An independent pathologist has confirmed that Miami-Dade State Attorney #KatherineFernandezRundle helped cover up the murder of #DarrenRainey.
Rainey, 50, died at the Dade Correctional Institution in unincorporated Miami-Dade County, Florida, on June 23, 2012. On that day, Rainey, who suffered from schizophrenia, was found dead after about two hours covered in burns from being placed in a piping-hot shower cell that is sometimes used to punish inmates.
Three years ago, a federal judge overruled the objections of the Miami-Date County Medical Examiners Office and requested skin-tissues from Rainey’s body to be released to three experts for more examination. The photos of his body showed skin peeling off his body, which many felt proved that Rainey was suffered a brutal death at the hands of the officers’ actions. However, at the time, Dr. #EmmaLew, the county’s deputy chief medical examiner, ruled the death accidental. In her report, she said the peeling skin marks on Rainey’s corpse were not but burns but rather “skin slippage” caused by the warm, moist environment of the shower, Miami New Times reports.
Three experts were given the opportunity to review the skin samples Lew’s office provided, but the results from their 2017 examination have yet to be released to the public. The outlet reports that could be because the civil case was settled six months later for $4.5 million. But the issue is now being brought back to the forefront in the midst of the race for Miami-Dade state attorney; competitor #MelbaPearson is challenging Katherine Fernandez Rundle over her directions to not filed criminal charges against the officers involved in Rainey’s alleged murder. In 2017, Rundle highlighted Lew’s reports as one of her main reasons for filing charges.
The Miami New Times reports that tissue samples were given to Dr. Werner Spitz, the forensic pathologist who was hired by Rainey’s family, and to Dr. Wayne K. Ross, a forensic pathologist hired by Oscar Marrero, the attorney for correctional officers #RolandClarke and #CorneliusThompson. The two were named as defendants in the civil case. A third set of examples was provided to an unknown expert who was hired by the attorney for Corizon Correctional Healthcare, the company that provides the prison with health care. Because of a confidentiality order, Vicki Sarmiento, a California-based attorney who represented Rainey’s family, said she could not reveal Spitz’s report. But she did say that Spitz’s report is “completely contrary” to Lew’s examination that claimed Rainey did not burn to death from the shower. “There’s no dispute that these were burns. It’s so clear-cut that it defies science that there could be any other finding,” said Sarmiento.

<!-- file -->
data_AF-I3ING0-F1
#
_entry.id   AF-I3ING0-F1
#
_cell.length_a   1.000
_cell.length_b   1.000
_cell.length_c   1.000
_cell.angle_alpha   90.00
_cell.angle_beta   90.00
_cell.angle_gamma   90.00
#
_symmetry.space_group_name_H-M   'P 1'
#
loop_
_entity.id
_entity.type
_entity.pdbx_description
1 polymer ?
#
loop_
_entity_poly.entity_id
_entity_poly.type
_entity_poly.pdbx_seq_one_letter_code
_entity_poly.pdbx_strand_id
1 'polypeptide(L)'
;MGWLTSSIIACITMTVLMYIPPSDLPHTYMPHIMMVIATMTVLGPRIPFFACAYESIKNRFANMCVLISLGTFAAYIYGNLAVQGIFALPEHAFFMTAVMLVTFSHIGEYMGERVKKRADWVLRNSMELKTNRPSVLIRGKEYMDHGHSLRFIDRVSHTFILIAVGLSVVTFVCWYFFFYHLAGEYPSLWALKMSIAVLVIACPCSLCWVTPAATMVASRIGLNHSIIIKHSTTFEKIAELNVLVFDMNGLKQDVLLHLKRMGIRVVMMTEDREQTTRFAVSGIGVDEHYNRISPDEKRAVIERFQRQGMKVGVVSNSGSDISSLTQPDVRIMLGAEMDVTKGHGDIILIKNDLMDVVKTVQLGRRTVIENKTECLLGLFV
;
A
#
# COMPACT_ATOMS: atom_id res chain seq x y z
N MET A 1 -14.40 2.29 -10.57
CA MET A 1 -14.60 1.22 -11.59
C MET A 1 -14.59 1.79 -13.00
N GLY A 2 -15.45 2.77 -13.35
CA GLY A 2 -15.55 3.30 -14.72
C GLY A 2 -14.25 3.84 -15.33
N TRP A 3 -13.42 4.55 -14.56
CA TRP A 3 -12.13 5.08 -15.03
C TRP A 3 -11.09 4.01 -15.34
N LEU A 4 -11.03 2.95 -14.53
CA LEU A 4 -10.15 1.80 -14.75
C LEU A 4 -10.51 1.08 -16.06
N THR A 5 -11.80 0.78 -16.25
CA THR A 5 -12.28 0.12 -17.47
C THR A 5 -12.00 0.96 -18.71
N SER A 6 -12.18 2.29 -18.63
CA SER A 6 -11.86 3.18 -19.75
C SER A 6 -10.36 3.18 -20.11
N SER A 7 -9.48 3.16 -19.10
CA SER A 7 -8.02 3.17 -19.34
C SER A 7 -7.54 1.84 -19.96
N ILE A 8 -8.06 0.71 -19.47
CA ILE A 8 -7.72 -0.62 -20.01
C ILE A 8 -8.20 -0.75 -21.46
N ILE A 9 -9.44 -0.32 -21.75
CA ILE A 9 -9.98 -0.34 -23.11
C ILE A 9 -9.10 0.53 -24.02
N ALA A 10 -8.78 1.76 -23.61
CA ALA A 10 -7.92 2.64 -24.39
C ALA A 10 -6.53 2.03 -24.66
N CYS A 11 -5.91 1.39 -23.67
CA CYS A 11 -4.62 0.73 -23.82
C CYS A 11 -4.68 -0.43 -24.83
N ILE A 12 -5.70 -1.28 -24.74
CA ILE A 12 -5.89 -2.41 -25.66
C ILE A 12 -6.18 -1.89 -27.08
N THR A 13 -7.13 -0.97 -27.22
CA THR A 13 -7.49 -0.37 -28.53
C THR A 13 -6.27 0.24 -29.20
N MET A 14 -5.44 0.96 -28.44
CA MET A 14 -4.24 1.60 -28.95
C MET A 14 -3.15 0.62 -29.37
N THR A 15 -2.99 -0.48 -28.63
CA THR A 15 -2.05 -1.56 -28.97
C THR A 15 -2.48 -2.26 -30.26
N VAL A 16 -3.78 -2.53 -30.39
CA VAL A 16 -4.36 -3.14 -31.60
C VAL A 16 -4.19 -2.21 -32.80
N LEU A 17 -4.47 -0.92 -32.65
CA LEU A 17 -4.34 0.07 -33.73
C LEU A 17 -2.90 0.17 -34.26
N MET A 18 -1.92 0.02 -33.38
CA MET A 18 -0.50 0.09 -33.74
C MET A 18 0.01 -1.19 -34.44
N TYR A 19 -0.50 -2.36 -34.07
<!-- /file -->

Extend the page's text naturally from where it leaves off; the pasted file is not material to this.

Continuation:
She slammed Lew’s claim that Rainey’s prescribed medication, Haldol, added to Rainey’s death by creating “a predisposition to sudden cardiac death,” causing his body to overheat in the shower. “Haldol does not cause skin to fall off when you’re in a hot shower,” she explained. “Mr. Rainey had been on Haldol in the past, and he had obviously been in showers in the past. It does not cause skin to fall off like that in chunks. It doesn’t cause skin to burn.” Sarmiento disagrees totally with Lew’s findings and says Rainey was “intentionally put in a situation” that led to his death. “It would be our position that it was a homicide,” she says. “I think to just turn a blind eye to what was so obvious to anybody shows from the State Attorney’s Office a willingness to not examine and have an independent view of what was in plain sight,” Sarmiento told New Times. “I think it’s reprehensible that the office didn’t question this.”
She went on to say that Rundle’s decision against prosecuting the officers shows there’s an even bigger issue. “It just sends the wrong message that, well, these horrible things can happen, and as long as nobody is the wiser and we keep this under wraps, then there’s no consequences and no change,” Sarmiento says.